This information is accurate, but what I find troublesome is the failure to problematize this information.  Yes, there are significant numbers of women working in health care and in education.  But many women working in health care are nurses and social workers, and many women working in education teach lower levels of education (pre-school, elementary school, and middle school).  In addition, as you look higher up on the job ladder, you find more and more men; there are significant numbers of male principals and superintendents, as well as male chiefs of medicine and board members.  Women in medicine also tend to work in family practice, pediatrics, or gynecology, some of the lower paying medical specialties.

In addition, it isn’t appropriate to compare part-time jobs to full-time jobs; many part-time jobs don’t have the same benefits that full-time jobs do, and even some that do only give them to employees who meet specific requirements.

We are seeing the employment gap narrow in a very specific way right now, and not in a way that is truly beneficial for people, or a way that reflects a change in social attitudes or norms.  Women aren’t being hired more because employers are learning to shed biases; women are being fired less because they work part-time more and tend to work in fields that are less drastically affected by the recession.  These jobs still pay less than men’s jobs; the wage gap is alive and well.

Therefore, instead of seeing an actual improvement in the economy and the way that women are treated in the workforce, we’re seeing families that have to rely on mothers and wives to be wage-earners even though their jobs tend to pay less and have fewer benefits.

In the final paragraph of the article, the Daily says:

These statistics have instilled optimism in some women’s rights activists hoping for employment equality. Freshman Katie Kopel explained that such excitement should be met with reservations. “[The closing gender gap] should not be misinterpreted as a sign that women are treated equally in the hiring process or the workplace.”

I’m with Miss Kopel; this isn’t what many of us were looking for when we wanted the employment gap gone.  Kopel has very concisely summarized two huge issues facing women and employment today: many women aren’t hired because of biases against women, and many women are harassed and treated unfairly in the workplace itself.  In addition, as I said earlier, the wage gap is still approximately 71 cents to the dollar on average for women.

While I am very happy that the Daily reported on this issue, and that they recognized many of the reasons why unemployment for men and women is so different during this recession, I am frustrated with the amount of positive spin that the article gives this issue.  Yes, I want to see men and women hired equally, paid equally, and treated equally, but to do that, we need to see a shift in societal attitudes.  I wonder what will happen when the recession ends; will it be like the end of WWII, when the men came back and demanded their jobs?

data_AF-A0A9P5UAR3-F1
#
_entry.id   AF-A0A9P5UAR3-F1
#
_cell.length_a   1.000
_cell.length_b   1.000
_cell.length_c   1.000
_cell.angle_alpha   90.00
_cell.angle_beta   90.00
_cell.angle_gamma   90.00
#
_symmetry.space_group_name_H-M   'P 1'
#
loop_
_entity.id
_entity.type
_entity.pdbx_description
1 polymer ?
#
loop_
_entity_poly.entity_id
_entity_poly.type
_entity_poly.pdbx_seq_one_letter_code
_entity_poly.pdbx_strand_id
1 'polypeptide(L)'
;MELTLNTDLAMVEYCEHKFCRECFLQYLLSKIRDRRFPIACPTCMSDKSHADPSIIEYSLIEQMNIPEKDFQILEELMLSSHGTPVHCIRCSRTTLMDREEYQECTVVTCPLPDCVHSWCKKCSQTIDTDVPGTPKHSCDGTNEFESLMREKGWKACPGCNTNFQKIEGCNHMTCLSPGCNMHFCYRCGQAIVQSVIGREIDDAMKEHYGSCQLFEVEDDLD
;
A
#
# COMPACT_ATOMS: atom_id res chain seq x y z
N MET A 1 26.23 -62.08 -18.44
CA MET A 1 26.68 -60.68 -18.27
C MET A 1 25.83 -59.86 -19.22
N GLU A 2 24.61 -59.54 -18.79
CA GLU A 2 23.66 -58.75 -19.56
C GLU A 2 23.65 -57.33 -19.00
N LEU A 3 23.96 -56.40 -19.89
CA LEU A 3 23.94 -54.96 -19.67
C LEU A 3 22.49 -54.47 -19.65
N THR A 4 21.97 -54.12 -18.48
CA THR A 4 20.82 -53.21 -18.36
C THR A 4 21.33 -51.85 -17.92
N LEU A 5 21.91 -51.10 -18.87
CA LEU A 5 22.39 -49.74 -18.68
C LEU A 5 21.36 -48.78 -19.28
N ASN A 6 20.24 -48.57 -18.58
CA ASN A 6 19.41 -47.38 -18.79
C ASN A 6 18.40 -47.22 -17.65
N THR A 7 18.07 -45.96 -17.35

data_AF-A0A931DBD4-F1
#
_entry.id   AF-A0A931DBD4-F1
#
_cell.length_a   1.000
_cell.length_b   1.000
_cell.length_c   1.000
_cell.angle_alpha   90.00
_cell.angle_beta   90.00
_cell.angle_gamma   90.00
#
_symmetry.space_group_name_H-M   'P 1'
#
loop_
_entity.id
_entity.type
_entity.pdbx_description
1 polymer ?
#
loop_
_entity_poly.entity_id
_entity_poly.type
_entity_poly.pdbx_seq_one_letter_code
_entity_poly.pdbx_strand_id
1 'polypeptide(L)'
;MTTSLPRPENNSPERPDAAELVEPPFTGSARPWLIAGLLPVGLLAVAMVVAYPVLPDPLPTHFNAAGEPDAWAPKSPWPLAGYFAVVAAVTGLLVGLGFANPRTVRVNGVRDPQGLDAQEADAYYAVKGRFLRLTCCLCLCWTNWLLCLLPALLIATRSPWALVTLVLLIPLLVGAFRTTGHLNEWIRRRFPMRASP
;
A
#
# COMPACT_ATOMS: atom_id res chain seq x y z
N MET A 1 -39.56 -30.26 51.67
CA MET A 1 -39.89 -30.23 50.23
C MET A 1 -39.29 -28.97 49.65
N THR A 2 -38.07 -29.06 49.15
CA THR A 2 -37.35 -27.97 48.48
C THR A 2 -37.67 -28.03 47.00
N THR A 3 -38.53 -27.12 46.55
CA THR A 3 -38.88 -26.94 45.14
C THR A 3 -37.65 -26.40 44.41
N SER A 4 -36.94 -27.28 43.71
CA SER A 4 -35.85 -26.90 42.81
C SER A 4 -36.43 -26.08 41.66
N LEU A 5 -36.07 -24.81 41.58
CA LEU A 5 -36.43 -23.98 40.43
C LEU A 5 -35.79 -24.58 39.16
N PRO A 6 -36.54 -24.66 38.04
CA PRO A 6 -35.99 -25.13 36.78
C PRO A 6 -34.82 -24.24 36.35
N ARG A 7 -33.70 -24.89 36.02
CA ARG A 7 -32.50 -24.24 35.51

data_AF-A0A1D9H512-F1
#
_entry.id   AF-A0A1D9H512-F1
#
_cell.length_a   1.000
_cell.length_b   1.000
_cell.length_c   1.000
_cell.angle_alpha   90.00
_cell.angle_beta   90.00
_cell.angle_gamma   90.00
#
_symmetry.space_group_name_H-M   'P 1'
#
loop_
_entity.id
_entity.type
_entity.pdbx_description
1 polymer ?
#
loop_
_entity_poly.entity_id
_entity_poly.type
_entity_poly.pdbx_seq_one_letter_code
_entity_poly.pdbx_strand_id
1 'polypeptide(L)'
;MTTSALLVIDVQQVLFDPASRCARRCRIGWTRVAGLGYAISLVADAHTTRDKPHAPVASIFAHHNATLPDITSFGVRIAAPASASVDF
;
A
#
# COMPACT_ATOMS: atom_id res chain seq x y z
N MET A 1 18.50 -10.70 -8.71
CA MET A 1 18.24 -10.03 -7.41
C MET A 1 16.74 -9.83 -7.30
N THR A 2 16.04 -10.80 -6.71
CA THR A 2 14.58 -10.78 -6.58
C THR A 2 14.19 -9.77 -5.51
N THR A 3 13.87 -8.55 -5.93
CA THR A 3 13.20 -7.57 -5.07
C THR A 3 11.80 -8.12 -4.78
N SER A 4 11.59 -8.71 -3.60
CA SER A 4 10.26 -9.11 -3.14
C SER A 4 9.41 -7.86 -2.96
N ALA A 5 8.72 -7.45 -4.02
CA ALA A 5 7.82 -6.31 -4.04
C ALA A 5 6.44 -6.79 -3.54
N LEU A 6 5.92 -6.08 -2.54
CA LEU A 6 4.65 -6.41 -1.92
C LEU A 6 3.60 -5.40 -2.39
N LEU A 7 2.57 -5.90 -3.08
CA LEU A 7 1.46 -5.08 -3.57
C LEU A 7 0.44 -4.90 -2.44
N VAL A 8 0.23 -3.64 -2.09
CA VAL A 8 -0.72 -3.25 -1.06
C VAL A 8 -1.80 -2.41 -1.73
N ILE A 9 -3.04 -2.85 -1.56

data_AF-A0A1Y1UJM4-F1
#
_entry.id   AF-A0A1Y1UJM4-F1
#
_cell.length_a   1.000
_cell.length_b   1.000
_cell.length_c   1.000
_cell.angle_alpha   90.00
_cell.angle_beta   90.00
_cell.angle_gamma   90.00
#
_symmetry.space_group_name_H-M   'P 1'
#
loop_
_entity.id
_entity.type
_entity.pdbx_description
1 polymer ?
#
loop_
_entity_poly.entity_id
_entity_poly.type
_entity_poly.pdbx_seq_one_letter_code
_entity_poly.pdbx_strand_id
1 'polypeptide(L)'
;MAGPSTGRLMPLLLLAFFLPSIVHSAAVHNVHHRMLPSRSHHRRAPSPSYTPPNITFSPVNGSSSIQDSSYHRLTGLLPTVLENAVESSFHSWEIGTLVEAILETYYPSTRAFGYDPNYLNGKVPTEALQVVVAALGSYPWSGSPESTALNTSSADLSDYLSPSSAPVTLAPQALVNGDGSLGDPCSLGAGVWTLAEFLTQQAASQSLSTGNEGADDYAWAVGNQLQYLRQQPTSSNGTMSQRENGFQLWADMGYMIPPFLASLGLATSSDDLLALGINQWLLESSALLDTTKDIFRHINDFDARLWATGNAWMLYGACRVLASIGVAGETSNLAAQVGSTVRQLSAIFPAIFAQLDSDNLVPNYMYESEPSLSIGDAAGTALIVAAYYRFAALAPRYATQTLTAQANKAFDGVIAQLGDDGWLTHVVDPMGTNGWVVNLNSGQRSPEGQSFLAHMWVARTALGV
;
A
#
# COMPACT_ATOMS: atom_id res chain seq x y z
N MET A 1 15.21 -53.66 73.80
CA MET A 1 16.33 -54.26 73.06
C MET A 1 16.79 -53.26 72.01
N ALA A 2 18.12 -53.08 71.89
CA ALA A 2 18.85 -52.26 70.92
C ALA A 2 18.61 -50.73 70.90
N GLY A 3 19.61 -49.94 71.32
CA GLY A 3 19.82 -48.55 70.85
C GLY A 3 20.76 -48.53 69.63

As one last thought, consider the meaning of “unemployed.”  Are stay-at-home parents employed or not?  What does that really mean in terms of women’s employment nationwide?





We were kicked off the Observer!

3 04 2009

Bad news! Our column next week in the Tufts Observer will be our last. Unfortunately, some managing editors  felt uncomfortable with us writing anonymously.

For those of you who know our identities, we want to strongly stress that it is really important that we remain anonymous. Our last column has caused quite the stir and while we are excited to facilitate discussion, we still feel that tying our names to the authorship could obscure the fact that sexual assault on our campus is something that affects everyone, not just us.

If you agree with us that it is unfair for our column to be removed from the Observer, we encourage you to write to them at observer@tufts.edu.
Thanks in advance for your support!





Are rape jokes ever funny?

3 04 2009

I have been discussing this issue with different people for quite some time now, and I still stand by my belief that rape jokes are never funny.  While humor is a way for some sexual assault or rape survivors to diffuse and normalize their experiences, I don’t think that it’s okay to make rape jokes because you never know who is in your audience and the jokes can be very triggering for some people.  It is not obvious just from appearance who is a survivor of sexual assault or rape.  Whereas other characteristics like race or gender identification may be more apparent and obvious, it is not as easy to tell who has been victimized by sexual violence.